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By Mike Caggeso
The merger would create Japan's second-largest electronics manufacturer behind Hitatchi Ltd. (ADR:HIT), as Panasonic is the world's No. 1 plasma TV maker and Sanyo is one of the world's largest rechargeable battery makers, Reuters reported.
Should the deal clear regulators, Panasonic said one of its intentions is restructuring both companies. It targeted three "primary synergy" areas:
- Solar: The combined company plans to expand its silicon solar cells and batteries and accelerate development and commercialization of next-generation solar cells. Panasonic expects "a significant increase" in solar sector sales.
- Rechargeable Batteries: In addition to fusing Sanyo's lithium-ion rechargeable batteries business with Panasonic's black box technology, the companies plan to make "active investments" in batteries for hybrid electric vehicles and electric vehicles. More practically, the deal would nearly quadruple Panasonic's share of the rechargeable-battery market.
- Financial and Business Position: Panasonic believes the combined enterprise will produce cost cuts in procurement and logistics.
"Panasonic and Sanyo recognize that existing strategies must not only be accelerated, but also that drastic action is now required for further strengthening initiatives to achieve potential revenue and profit growth in the global economic recession stemming from the financial crisis as well as in the midst of intensified global competition," Panasonic said in a statement.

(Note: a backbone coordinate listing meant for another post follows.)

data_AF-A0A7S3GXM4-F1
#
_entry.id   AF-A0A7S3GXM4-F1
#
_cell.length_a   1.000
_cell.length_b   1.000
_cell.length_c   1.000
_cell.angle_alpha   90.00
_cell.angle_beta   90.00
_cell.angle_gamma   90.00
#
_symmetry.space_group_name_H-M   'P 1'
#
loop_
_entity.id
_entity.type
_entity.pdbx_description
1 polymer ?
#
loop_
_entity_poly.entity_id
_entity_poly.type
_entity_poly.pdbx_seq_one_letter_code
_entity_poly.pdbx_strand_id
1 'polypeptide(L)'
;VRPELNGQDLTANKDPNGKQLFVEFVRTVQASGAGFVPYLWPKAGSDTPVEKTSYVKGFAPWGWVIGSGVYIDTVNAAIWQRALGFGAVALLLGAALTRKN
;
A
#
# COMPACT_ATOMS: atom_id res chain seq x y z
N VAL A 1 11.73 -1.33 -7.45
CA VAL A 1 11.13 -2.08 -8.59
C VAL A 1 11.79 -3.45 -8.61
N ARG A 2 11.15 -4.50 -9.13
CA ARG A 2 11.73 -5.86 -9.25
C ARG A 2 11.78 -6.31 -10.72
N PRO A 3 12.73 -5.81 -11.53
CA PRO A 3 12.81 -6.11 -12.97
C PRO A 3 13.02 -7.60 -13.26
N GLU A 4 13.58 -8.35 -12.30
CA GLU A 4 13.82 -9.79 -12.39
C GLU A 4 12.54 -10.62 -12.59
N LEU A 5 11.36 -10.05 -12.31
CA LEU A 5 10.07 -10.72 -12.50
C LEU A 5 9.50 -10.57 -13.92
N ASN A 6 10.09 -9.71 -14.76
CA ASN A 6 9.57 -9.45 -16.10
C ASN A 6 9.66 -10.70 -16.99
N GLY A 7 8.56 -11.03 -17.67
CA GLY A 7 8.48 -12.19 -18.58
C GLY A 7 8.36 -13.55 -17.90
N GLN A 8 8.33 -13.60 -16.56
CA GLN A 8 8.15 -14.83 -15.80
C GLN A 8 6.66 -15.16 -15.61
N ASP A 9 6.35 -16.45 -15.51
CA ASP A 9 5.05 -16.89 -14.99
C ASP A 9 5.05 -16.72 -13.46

The company added: "Combining the accumulated technologies and manufacturing knowledge of both companies, Panasonic and Sanyo believe that together they will evolve into a corporate group which will be highly admired globally by enhancing the quality of life for the people worldwide and becoming a business entity coexisting in harmony with the global environment."
The deal cleared a major hurdle Thursday when Goldman Sachs Group Inc. (GS) agreed to share its 29% in Sanyo to Panasonic for at least $6.4 billion, Reuters reported. Goldman had previously rejected two other offers from Panasonic.
"A merger would supply much-needed funds for Sanyo to maintain its position in the solar-battery market," Yuuki Sakurai, general manager of investment planning at Tokyo's Fukoku Mutual Life Insurance Co., told Bloomberg. "It's difficult to imagine Sanyo succeeding by going it alone, and in that sense the offer is progress."
Sanyo was founded by Toshio Iue, who in 1946, quit his job at Panasonic's former entity Matsushita Electric Industrial Co. to form Sanyo the following year, Bloomberg reported.
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